Ailes v. Decatur County Area Planning Com'nAnnotate this Case
448 N.E.2d 1057 (1983)
Ralph D. AILES and Elizabeth J. Ailes, Appellants, v. DECATUR COUNTY AREA PLANNING COMMISSION AND DECATUR COUNTY BOARD OF ZONING APPEALS, Appellees, and Melvin T. Rouse, Appellant, v. Ripley County Area Plan Commission, Appellee.
Supreme Court of Indiana.
May 12, 1983.
Rehearing Denied August 4, 1983.
Jack R. Shields, Batesville, for appellants Ralph D. Ailes, Elizabeth J. Ailes and Melvin T. Rouse.
George R. Watts, Watts & Polanski, P.C., Greensburg, for appellees Decatur County Area Planning Com'n and Decatur County Bd. of Zoning Appeals.
Stephen T. Taylor, Eaton & Taylor, Versailles, for appellee Ripley County Area Plan Com'n.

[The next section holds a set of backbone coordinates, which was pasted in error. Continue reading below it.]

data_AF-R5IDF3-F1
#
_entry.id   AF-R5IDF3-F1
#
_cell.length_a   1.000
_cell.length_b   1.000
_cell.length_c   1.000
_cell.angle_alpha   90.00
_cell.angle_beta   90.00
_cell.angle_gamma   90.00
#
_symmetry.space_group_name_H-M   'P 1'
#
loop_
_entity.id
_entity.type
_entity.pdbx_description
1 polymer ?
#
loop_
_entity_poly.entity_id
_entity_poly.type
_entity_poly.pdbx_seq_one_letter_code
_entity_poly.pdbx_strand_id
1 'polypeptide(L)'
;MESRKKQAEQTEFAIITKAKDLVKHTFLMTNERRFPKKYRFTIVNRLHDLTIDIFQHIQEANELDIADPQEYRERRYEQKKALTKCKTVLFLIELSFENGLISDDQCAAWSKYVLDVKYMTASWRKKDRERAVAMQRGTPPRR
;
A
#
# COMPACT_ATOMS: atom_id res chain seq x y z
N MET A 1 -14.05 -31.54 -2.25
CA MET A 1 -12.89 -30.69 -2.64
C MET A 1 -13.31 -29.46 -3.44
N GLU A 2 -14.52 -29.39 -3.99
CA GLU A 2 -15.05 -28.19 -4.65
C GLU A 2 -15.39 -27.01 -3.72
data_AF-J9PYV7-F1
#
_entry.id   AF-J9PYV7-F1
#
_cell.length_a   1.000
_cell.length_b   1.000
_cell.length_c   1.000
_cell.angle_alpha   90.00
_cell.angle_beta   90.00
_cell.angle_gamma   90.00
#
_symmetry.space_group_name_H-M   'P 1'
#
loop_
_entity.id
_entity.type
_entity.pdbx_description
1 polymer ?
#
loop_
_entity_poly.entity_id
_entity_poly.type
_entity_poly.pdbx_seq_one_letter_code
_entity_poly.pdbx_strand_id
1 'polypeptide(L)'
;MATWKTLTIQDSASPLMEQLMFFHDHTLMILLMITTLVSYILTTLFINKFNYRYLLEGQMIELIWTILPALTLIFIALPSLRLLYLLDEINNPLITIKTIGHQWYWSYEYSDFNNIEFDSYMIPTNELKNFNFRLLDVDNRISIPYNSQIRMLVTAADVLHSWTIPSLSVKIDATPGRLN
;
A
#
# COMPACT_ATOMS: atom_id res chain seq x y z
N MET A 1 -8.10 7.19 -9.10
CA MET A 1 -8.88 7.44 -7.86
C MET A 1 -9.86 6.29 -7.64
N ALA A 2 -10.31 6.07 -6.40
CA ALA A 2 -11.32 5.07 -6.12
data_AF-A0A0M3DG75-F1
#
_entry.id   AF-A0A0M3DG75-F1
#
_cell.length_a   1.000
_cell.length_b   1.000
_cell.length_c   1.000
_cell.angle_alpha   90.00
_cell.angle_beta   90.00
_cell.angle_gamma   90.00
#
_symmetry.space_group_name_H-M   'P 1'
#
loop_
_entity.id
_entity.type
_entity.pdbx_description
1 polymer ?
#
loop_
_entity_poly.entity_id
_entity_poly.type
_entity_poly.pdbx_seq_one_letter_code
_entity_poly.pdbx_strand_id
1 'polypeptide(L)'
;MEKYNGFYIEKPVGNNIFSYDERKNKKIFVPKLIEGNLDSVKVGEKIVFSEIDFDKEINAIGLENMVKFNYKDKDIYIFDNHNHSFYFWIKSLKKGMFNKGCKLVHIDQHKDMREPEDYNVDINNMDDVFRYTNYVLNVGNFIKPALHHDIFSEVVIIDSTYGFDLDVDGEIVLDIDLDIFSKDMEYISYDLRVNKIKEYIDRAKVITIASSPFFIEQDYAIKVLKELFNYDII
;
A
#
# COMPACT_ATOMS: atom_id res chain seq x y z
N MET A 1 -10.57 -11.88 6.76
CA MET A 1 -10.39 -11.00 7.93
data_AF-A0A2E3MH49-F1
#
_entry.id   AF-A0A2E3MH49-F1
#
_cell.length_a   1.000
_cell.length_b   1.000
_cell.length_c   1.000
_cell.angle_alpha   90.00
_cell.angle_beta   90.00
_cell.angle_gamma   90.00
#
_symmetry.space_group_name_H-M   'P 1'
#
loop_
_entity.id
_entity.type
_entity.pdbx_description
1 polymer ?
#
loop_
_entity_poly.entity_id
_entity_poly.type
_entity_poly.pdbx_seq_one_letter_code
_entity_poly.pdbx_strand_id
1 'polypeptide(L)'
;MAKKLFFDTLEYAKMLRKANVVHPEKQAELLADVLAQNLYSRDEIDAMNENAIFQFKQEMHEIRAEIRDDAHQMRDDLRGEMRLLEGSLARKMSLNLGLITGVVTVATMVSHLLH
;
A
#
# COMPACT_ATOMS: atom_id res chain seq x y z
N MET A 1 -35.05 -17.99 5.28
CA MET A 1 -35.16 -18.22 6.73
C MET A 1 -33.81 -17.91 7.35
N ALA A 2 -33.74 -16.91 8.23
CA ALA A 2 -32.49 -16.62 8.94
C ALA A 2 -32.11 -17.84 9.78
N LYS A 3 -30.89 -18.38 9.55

This cause comes to us on a petition to transfer from the Fourth District Court of Appeals. Transfer is sought by Appellants in the Court of Appeals, who were Defendants in the trial court. Appeal was consolidated challenging the constitutionality of amortization provisions in the zoning ordinances of two different counties, both of which require the discontinuance of pre-existing lawful non-conforming uses of real estate upon the expiration of a specific number of years. After injunctions were issued against Appellants Ralph and Elizabeth Ailes and Rouse, enjoining them from *1058 operating junkyards at their residences, both the Aileses and Rouse brought independent Motions in their own counties for relief from their respective judgments pursuant to Ind.R.Tr.P. 60(B), alleging the applicable amortization provision constituted an unconstitutional taking of property and an unreasonable exercise of police power. Both Motions were denied and the parties appealed, raising only the constitutional issue for appellate consideration. Transfer is granted, the opinion of the Court of Appeals is vacated, and the judgments of the trial courts are reversed.